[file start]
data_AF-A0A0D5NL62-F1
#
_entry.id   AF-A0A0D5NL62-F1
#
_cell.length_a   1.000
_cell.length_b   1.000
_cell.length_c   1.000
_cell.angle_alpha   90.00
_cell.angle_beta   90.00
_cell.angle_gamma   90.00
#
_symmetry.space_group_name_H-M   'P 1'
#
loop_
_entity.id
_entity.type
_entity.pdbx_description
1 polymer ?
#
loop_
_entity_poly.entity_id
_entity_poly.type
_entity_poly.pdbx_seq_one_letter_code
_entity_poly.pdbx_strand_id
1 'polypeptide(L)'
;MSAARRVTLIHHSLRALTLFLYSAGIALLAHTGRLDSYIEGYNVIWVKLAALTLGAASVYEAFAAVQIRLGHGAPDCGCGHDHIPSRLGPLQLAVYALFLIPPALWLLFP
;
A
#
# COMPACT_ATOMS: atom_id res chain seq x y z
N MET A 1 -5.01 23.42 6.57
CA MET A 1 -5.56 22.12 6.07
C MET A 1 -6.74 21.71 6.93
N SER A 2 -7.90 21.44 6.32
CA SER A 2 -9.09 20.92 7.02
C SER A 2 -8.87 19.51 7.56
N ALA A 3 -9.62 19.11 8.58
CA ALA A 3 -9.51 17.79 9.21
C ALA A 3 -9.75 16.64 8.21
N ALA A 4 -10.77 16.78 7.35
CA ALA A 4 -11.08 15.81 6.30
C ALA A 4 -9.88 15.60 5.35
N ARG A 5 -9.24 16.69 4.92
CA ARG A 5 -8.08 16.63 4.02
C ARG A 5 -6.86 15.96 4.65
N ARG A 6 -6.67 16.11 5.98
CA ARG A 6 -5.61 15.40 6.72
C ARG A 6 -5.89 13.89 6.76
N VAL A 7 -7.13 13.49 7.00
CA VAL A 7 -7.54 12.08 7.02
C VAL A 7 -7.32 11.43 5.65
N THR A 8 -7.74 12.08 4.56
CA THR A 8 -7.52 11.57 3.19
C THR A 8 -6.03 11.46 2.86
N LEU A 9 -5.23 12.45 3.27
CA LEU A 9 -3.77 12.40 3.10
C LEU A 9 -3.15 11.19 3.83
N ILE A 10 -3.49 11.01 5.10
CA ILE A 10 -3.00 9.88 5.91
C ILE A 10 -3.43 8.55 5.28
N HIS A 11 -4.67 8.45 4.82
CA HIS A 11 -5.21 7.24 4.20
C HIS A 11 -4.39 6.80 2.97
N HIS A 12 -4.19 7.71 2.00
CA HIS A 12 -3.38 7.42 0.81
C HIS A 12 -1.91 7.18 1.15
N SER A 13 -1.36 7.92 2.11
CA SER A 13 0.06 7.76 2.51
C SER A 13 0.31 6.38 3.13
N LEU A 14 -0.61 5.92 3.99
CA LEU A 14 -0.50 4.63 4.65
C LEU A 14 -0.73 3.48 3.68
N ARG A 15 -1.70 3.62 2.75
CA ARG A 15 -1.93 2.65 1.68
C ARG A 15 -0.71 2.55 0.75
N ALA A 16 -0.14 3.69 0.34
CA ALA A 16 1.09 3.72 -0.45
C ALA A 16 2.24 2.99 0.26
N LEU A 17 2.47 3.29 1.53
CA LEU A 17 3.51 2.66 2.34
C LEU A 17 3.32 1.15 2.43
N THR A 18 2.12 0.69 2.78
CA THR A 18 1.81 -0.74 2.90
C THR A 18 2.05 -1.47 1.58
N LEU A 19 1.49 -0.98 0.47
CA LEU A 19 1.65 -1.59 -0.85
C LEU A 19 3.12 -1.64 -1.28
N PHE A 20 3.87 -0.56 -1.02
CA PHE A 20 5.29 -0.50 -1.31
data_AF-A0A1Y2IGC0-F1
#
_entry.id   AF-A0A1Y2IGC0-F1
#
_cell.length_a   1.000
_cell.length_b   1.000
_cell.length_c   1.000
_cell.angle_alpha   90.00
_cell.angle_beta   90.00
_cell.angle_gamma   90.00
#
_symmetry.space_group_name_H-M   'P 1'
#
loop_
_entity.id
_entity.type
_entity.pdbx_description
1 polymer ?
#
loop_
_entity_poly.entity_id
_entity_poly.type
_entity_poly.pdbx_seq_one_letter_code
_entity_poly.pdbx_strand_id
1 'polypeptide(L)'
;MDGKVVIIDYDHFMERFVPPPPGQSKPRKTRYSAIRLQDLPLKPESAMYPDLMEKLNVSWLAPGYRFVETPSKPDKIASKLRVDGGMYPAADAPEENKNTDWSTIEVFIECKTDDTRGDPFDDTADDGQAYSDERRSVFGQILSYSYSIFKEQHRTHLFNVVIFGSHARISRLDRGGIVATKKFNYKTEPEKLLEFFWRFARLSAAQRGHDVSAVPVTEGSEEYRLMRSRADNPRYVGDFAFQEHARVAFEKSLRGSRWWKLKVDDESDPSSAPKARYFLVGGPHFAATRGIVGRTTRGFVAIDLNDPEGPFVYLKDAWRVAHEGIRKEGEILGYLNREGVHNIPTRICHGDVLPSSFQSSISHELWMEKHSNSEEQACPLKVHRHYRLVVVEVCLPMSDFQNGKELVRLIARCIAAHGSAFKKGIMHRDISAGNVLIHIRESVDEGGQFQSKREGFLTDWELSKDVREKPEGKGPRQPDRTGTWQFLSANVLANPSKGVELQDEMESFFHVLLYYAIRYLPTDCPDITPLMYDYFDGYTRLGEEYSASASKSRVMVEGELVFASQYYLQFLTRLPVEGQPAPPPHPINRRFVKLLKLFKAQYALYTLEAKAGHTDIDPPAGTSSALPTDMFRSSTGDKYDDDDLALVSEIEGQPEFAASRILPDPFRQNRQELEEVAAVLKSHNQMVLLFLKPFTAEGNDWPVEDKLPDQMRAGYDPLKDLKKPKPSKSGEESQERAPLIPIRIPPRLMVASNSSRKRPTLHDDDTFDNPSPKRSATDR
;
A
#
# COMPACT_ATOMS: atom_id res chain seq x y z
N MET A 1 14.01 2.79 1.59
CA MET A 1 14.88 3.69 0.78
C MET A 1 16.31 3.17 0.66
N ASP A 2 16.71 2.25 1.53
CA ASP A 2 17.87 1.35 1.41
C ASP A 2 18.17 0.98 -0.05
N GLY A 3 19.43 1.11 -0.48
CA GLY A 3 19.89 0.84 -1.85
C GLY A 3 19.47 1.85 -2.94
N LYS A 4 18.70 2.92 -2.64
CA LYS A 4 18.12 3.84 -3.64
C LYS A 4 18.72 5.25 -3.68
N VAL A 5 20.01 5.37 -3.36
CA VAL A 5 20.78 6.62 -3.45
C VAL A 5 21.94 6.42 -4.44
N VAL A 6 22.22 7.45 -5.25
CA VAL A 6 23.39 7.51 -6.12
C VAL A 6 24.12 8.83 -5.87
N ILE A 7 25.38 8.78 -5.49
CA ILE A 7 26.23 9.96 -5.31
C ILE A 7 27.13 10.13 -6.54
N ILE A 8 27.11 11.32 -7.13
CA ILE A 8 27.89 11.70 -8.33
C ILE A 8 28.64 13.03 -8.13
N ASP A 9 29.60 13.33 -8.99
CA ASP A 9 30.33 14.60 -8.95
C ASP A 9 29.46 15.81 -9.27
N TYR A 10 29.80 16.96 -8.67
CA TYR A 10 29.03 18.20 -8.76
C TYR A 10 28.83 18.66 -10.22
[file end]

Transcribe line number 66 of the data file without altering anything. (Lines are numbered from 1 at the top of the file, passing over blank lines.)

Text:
C HIS A 12 -1.91 7.18 1.15